Video camera reveals secrets of ancient Mayan tomb

A tiny remote-controlled camera peers inside the Mayan tomb

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The inside of a Mayan tomb thought to be 1,500 years old has been filmed by archaeologists.

Using a tiny video camera, the researchers were able to capture images of the burial chamber in Palenque in south-eastern Mexico.

As the device was lowered 16ft (5m) down into the tomb, they saw red paint and black figures emblazoned on its walls.

The scientists say the images will shed new light on the Mayan civilisation.

Royal necropolis?

The tomb in Palenque was discovered in 1999 and then filmed using a tiny camera lowered on a pole, but archaeologists have not been able to excavate for fear of undermining the pyramid.

Start Quote

It is very probable that the fragmented bones are lying directly on the stones of the floor”

End Quote Mexico's National Institute of Anthropology and Histor

Palenque was a Mayan city-state in what is now Mexico's Chiapas state, but after its decline during the 8th Century AD it was absorbed into the jungle.

It has been extensively excavated, in particular over the past two decades, but much of it remains to be uncovered.

Mexico's National Institute of Anthropology and History (Inah) said its archaeologists had been aware of the tomb for more than a decade, but had not been able to examine it.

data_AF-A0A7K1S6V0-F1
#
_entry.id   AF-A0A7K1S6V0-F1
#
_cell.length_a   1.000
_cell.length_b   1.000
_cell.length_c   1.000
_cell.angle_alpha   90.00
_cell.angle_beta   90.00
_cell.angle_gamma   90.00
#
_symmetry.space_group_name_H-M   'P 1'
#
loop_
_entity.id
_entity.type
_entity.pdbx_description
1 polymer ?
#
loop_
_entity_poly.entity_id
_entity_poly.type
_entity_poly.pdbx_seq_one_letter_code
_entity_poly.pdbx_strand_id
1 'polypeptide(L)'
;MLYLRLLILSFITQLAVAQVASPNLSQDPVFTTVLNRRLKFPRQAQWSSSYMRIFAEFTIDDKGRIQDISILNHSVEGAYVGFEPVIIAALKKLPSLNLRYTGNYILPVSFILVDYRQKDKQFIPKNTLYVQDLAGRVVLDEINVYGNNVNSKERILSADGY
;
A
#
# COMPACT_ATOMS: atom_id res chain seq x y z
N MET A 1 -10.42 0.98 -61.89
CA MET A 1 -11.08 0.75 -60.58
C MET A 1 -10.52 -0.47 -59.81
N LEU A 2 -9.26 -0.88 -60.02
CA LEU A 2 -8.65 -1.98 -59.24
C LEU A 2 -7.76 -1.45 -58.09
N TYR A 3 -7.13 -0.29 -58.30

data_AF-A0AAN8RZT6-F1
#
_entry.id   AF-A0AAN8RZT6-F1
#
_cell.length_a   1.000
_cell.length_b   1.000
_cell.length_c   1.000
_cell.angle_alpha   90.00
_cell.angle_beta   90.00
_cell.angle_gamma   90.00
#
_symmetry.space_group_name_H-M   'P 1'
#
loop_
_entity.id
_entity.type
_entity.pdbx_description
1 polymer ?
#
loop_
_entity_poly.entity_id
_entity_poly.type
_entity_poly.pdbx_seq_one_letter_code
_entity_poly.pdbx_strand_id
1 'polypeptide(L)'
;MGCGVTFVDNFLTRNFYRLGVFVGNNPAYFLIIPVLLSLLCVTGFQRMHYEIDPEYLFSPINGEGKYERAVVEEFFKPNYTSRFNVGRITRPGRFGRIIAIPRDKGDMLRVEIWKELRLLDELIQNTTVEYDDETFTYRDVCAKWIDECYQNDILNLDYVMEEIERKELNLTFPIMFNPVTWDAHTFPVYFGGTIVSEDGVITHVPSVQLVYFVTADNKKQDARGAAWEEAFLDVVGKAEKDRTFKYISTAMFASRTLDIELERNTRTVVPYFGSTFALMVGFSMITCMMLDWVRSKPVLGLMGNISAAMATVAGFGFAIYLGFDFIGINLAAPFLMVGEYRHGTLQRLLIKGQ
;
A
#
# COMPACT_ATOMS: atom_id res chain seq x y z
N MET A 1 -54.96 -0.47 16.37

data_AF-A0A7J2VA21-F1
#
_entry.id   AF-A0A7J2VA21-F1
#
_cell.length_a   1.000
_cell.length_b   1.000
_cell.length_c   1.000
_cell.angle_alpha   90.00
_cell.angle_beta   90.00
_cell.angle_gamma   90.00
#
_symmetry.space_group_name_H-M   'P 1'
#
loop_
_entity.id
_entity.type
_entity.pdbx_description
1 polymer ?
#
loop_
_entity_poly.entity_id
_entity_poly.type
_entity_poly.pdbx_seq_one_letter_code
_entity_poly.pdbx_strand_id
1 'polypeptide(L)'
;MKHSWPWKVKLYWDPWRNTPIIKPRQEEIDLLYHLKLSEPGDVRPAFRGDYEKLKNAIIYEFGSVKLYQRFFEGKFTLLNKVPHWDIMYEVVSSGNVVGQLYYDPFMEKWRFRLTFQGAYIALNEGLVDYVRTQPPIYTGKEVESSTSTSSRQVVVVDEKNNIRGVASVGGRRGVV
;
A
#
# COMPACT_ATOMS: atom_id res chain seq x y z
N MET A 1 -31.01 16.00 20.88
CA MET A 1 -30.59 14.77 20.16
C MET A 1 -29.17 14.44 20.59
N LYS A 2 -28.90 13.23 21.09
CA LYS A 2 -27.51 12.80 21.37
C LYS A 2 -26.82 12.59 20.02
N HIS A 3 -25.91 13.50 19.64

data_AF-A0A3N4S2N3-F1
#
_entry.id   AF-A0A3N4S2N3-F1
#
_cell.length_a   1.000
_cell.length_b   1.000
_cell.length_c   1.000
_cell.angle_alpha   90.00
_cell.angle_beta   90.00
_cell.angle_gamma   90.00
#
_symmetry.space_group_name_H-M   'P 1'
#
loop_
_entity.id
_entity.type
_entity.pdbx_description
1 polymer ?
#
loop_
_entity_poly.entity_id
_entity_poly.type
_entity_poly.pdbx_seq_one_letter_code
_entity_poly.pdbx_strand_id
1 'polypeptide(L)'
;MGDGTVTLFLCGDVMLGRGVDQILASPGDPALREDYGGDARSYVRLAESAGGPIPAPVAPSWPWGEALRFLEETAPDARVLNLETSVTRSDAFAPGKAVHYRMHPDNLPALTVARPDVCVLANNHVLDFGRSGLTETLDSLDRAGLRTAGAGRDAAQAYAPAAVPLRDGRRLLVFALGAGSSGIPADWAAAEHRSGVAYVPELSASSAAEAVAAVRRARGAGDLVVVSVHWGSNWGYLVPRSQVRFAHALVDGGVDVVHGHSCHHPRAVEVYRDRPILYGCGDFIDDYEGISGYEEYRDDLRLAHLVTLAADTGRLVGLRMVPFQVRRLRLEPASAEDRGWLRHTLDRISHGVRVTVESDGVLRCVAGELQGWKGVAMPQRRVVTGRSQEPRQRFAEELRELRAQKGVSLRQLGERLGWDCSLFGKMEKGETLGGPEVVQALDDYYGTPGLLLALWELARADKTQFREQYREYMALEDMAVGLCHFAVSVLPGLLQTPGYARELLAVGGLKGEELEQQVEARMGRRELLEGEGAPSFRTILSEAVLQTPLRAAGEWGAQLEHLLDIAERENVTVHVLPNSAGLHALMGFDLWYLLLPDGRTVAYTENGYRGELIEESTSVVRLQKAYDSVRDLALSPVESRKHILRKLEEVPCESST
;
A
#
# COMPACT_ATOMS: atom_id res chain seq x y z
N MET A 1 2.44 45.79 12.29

"Its difficult location and the work to consolidate the plinth had until now impeded penetration into the enclosure, which jealously guards the remains of a very important person from this ancient Mayan city," Inah said in a statement.

It said that the researchers overcame the difficulties by lowering the remote-controlled camera the size of a matchbox down along a narrow shaft into the largely intact chamber.

Inside, the camera revealed nine black figures painted on blood-red walls, along with jade and shell fragments, which are believed to be part of a funerary costume.

But unlike in other tombs in Palenque, no sarcophagus has been found. "It is very probable that the fragmented bones are lying directly on the stones of the floor," Inah said.

Experts say the tomb probably dates to between AD431 and 550, and could belong to the first ruler of Palenque - K'uk Bahlam I.

Another theory is that it could even belong to Ix Yohl Ik'nal, the city's early female ruler.

Archaeologist Martha Cuevas said the tomb's proximity to other burial sites suggested it may be part of a royal necropolis.

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